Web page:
Past and Present, Wrapped up Together in our Summer Village on the Cape

Our family’s long-time summer destination sits on the skinny finger of land between Cape Cod Bay and Route 6A, or Shore Road. When seen from the water, the small cottages appear to be nestled between the sea grass and a low hill of dunes that rises along the banks of Pilgrim Lake.

As the aerial photo above shows, the complex resembles a miniature village. The look is classic Old Cape Cod. Basic, simple, absolutely without pretense. On each side of the central pool, two rows of white cottages, built in the 1940s, face a grassy, rectangular courtyard. Six additional cottages are covered in weathered cedar shakes. Constructed in the 80s, these are off the greens, clustered in the sand. In the broad expanse that leads to the water are two narrow boardwalks and a fire pit enclosed by a semi-circle of sturdy wooden chairs. The wide beach, unusual for the area, has grown much bigger over the years. When the colony was new, the high tide mark reached all the way up to the line where the beach grass begins now. It would seem that every bit of sand that’s continually swept away from the rest of waterfront Truro is being deposited here.

A trellis-topped archway and white picket fence mark the entrance to one of the greens.

The cottages farthest from the water have the benefit of being surrounded on all sides by a grassy lawn planted with bountiful hydrangeas.

The photo above shows the cottage that my family will probably always think of as “Grandma and Grandpa’s place.” It’s the one that my husband remembers as the vacation home from his childhood, beginning in the 1970s. His parents last occupied it in 2018. Sadly, that visit made it clear that their health issues had become too daunting to make the trip worthwhile.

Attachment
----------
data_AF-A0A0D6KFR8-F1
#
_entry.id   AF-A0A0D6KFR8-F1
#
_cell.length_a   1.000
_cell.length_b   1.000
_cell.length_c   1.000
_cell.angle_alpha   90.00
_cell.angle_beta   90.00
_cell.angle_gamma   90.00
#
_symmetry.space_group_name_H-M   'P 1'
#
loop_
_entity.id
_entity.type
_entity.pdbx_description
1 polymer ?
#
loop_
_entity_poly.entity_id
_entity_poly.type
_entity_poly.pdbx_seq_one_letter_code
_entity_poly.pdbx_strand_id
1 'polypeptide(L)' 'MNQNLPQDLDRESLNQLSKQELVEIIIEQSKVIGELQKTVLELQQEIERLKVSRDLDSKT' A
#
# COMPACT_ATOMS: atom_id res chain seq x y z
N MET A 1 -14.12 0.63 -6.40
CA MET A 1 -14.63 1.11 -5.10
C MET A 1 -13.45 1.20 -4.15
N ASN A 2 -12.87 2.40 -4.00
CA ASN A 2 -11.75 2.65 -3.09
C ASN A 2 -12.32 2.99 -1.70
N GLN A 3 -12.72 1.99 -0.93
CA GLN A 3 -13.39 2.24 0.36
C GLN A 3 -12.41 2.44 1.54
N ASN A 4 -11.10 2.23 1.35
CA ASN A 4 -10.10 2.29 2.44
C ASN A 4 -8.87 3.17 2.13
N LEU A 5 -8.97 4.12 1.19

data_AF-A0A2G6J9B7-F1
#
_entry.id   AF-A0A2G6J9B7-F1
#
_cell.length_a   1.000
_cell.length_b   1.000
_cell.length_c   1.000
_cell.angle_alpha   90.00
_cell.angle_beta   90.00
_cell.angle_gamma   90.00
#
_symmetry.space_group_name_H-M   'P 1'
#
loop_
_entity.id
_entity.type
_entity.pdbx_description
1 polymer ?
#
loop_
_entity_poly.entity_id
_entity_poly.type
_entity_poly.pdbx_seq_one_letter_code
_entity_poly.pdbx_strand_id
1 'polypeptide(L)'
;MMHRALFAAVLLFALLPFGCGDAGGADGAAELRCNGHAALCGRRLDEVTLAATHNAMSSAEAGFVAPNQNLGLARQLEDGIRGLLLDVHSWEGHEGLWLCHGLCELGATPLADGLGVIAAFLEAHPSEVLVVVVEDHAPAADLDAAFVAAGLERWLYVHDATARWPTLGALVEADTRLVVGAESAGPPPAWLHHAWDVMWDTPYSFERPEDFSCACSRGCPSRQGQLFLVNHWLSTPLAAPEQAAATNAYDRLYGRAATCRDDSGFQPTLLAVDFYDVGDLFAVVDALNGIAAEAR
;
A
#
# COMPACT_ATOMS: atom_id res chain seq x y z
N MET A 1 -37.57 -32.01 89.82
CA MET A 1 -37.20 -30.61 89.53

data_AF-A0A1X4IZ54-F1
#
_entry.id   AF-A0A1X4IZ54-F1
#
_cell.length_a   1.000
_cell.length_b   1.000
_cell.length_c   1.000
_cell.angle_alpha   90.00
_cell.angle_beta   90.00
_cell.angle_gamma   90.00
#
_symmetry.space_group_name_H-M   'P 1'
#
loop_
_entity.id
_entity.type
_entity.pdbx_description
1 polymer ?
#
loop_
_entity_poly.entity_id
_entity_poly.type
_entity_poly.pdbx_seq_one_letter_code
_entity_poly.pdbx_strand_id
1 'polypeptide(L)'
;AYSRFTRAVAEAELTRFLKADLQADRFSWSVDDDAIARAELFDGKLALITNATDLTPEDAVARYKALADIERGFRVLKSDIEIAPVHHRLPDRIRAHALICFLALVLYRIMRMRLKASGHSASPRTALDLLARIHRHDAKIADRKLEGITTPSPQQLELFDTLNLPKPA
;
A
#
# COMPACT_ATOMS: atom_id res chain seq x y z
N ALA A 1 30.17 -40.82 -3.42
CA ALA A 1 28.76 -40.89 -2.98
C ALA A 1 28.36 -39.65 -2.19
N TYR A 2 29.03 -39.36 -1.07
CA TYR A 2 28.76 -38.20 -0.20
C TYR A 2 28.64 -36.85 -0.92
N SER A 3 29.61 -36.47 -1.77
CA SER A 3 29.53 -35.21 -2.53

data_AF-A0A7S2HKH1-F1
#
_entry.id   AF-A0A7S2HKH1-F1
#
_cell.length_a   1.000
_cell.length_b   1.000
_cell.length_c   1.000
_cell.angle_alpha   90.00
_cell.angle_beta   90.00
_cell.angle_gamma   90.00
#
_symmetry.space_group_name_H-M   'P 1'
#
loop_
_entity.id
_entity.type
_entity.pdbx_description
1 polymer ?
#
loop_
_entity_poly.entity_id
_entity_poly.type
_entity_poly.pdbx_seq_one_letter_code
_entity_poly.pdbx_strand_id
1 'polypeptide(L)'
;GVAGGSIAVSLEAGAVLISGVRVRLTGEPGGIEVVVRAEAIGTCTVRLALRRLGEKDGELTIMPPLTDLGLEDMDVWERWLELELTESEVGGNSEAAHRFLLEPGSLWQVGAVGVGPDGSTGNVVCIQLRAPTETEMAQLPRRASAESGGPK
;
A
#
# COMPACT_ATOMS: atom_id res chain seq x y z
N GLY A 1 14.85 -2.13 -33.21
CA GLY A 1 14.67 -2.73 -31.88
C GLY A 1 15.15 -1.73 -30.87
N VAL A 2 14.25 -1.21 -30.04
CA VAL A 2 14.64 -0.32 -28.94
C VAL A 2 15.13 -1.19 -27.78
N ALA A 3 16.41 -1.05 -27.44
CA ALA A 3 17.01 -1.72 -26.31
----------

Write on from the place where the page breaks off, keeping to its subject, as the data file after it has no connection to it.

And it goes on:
There are several models of the white cottages. Those across each green are mirror images of one other.

The cedar-shingled cottage above is the one our family returns to in early August. It sits just in front and to the side of H’s parents’ old place.

A sandy lane separates this row of cottages from the pool. There are no paved roads in our summer village.

Just as I often expect to see my husband’s parents planted in their beach chairs every time I approach their old cottage, I can’t go to the pool without recalling the way our daughter, as a baby, delighted in the glistening, chilly water. The photo above shows her with my husband in 2001, on her very first visit to the Cape.

Nearly every spot in our pleasant village conjures an image of our daughter as she has been, over the years. I can see her at two and a half, sitting happily outside our cottage, talking to herself while pouring sand into a cup.

I remember her as a little girl, pausing on a sandy path leading to the water, a wistful expression on her face.

I see her as a young teenager, the summer before she began middle school.

All the while, I see and give thanks for the strong, compassionate, intelligent young woman she has become. Here she is this August with Dozer, one of the owner’s dogs.

As our daughter has grown, and as my husband and I have simply aged,  our summer village has changed only minimally.  Here in this timeless place, more than anywhere else, I hold simultaneously in my mind’s eye the various stages of our family’s life.  With our every return to this sliver of sandy ground that floats serenely between sea and sky, I feel what it means to be young, to be old, and everything in between, and even beyond.  The day will come when H and I, like Grandma and Grandpa, no longer make the trip.  Will there be a time when our daughter gazes at the sunset over the Cape while watching her own child contentedly pouring sand into a cup?  I think I can see that, too.  

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